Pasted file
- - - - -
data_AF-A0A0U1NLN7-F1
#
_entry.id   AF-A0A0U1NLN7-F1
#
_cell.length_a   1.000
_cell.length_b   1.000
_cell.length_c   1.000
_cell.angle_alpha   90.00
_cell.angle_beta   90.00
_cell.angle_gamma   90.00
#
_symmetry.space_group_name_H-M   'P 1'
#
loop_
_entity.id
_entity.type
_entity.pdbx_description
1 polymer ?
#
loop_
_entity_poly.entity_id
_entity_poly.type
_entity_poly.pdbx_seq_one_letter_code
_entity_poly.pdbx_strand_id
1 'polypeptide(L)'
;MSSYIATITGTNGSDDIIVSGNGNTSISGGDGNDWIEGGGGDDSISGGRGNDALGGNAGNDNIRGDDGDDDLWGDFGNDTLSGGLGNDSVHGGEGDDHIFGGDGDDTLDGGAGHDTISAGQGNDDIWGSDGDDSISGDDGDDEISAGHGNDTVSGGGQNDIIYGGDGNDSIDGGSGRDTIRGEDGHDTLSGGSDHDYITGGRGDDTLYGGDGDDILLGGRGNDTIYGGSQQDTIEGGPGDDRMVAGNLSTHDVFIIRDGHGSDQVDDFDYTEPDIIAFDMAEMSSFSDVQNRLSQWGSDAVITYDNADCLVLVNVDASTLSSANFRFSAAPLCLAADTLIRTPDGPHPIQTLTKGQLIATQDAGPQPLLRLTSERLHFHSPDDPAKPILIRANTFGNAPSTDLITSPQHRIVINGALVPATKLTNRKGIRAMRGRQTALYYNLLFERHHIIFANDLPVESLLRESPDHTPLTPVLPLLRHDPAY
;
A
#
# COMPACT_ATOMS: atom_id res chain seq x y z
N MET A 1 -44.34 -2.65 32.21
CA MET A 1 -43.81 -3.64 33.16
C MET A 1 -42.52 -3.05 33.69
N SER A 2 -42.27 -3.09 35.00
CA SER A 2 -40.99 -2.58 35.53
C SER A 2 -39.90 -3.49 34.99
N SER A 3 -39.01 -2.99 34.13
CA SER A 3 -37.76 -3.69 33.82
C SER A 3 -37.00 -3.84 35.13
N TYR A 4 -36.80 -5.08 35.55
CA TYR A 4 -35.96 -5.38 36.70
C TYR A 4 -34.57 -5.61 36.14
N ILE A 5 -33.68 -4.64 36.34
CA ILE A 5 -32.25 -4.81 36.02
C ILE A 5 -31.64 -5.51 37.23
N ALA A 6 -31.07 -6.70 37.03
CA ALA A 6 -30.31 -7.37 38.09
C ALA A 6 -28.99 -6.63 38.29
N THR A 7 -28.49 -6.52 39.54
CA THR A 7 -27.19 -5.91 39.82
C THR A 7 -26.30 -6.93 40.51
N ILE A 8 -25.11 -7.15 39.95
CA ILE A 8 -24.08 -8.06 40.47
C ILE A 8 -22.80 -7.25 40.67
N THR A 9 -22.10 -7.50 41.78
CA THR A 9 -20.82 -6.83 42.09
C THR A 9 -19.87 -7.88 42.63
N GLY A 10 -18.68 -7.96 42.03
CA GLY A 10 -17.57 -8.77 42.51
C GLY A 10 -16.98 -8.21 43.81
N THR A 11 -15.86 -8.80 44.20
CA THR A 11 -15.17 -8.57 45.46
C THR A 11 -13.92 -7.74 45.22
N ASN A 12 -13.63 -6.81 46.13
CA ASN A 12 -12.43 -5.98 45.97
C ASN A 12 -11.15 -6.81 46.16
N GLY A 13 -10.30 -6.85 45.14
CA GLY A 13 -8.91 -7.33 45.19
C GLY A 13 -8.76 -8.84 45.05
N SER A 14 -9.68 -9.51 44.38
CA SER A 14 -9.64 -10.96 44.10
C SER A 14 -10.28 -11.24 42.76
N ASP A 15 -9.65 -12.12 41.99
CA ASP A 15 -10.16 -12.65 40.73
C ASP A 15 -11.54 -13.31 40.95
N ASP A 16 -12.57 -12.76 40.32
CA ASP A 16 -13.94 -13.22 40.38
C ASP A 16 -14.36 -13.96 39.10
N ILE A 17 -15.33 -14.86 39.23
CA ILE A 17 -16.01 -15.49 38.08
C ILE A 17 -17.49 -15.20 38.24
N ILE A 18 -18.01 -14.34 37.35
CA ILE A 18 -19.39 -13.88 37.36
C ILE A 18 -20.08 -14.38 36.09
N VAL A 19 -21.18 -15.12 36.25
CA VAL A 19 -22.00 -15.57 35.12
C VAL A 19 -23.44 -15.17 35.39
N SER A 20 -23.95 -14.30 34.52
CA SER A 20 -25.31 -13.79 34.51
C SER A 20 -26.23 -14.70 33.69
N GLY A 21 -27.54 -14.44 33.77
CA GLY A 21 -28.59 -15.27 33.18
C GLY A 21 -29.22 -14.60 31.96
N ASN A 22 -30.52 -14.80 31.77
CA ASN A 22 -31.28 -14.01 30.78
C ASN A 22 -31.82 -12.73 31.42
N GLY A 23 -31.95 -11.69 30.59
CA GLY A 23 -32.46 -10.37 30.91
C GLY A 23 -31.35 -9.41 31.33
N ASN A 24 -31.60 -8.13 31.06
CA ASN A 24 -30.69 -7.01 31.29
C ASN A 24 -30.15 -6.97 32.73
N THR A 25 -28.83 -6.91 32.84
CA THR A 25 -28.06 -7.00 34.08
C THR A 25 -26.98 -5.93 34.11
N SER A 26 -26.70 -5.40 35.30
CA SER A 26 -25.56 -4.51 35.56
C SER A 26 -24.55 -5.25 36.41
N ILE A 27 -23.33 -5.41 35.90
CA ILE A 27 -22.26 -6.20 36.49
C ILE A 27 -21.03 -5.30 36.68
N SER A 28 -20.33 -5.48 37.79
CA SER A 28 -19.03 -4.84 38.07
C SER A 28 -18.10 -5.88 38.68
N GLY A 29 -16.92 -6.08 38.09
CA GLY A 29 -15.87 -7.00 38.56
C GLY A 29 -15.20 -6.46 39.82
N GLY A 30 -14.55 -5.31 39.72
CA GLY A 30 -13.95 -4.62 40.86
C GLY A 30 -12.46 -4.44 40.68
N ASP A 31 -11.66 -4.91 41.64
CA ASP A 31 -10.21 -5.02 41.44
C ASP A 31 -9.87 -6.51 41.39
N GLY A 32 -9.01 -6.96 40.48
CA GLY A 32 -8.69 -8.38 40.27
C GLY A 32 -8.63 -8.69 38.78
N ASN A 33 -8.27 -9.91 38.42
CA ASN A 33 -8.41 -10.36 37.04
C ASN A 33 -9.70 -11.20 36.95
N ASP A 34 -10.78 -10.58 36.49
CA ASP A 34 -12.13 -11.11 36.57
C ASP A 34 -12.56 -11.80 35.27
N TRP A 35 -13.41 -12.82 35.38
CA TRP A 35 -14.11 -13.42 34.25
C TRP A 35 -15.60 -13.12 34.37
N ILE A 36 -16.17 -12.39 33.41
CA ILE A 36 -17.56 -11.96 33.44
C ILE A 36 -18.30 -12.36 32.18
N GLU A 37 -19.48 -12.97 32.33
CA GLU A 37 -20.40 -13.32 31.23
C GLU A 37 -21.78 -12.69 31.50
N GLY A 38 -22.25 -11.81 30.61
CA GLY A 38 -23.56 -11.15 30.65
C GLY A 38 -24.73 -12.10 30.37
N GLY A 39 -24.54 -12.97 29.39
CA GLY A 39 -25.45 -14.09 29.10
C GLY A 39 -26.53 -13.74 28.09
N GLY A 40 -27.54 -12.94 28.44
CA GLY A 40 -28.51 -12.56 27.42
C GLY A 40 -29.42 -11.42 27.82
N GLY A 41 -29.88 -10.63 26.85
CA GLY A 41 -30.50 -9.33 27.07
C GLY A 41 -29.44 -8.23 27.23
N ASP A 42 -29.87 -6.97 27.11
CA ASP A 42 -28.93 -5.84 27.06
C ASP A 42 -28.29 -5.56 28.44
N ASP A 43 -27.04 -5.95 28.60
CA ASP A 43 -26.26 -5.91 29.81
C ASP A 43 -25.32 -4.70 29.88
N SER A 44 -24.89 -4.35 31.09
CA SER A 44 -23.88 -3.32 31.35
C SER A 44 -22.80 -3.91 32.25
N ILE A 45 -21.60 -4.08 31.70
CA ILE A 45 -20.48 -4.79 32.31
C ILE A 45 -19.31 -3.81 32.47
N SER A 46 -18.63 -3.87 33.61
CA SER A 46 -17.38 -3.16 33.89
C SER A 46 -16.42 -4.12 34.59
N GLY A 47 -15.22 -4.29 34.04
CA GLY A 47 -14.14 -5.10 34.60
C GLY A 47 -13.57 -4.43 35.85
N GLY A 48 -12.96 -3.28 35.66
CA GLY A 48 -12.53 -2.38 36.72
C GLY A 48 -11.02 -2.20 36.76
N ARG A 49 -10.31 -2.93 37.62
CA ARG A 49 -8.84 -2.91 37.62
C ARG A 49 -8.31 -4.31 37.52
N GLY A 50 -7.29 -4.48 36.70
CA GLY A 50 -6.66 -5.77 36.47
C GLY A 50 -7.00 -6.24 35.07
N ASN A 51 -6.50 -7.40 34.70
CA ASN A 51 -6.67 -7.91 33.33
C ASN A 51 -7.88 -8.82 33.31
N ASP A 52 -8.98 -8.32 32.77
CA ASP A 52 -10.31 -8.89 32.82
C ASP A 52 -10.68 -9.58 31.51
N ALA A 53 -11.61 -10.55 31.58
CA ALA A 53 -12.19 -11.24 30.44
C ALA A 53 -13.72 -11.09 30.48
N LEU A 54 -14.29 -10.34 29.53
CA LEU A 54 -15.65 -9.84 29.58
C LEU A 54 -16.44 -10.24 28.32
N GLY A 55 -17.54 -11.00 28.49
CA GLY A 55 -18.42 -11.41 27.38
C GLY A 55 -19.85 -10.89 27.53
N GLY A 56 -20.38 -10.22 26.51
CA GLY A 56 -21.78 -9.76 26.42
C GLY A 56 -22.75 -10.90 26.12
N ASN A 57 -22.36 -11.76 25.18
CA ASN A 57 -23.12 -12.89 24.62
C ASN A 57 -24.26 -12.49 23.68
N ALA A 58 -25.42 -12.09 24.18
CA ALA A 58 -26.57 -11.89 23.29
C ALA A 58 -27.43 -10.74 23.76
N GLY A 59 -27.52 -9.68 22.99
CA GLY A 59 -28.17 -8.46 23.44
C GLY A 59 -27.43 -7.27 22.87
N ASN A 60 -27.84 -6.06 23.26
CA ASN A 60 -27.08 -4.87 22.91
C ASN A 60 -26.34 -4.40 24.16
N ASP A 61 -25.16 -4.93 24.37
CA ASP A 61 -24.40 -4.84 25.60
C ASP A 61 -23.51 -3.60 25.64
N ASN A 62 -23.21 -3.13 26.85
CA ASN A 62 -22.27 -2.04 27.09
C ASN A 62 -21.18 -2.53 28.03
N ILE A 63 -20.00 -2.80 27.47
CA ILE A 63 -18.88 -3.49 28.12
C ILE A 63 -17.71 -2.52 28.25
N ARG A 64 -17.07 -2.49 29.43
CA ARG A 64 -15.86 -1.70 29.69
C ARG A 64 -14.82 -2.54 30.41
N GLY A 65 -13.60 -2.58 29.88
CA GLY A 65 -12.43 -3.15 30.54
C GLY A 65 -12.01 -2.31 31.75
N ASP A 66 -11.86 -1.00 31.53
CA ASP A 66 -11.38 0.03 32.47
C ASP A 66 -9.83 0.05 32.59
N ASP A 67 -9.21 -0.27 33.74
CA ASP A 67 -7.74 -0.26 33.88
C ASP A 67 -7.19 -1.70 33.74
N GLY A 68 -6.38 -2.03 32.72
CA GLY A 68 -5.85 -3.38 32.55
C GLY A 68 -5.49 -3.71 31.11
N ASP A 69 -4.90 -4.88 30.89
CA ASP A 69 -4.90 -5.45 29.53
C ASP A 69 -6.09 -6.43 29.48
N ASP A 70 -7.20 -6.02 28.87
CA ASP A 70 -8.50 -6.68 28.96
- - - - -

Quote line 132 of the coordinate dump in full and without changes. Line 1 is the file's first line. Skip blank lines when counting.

C ASP A 34 -12.56 -11.80 35.27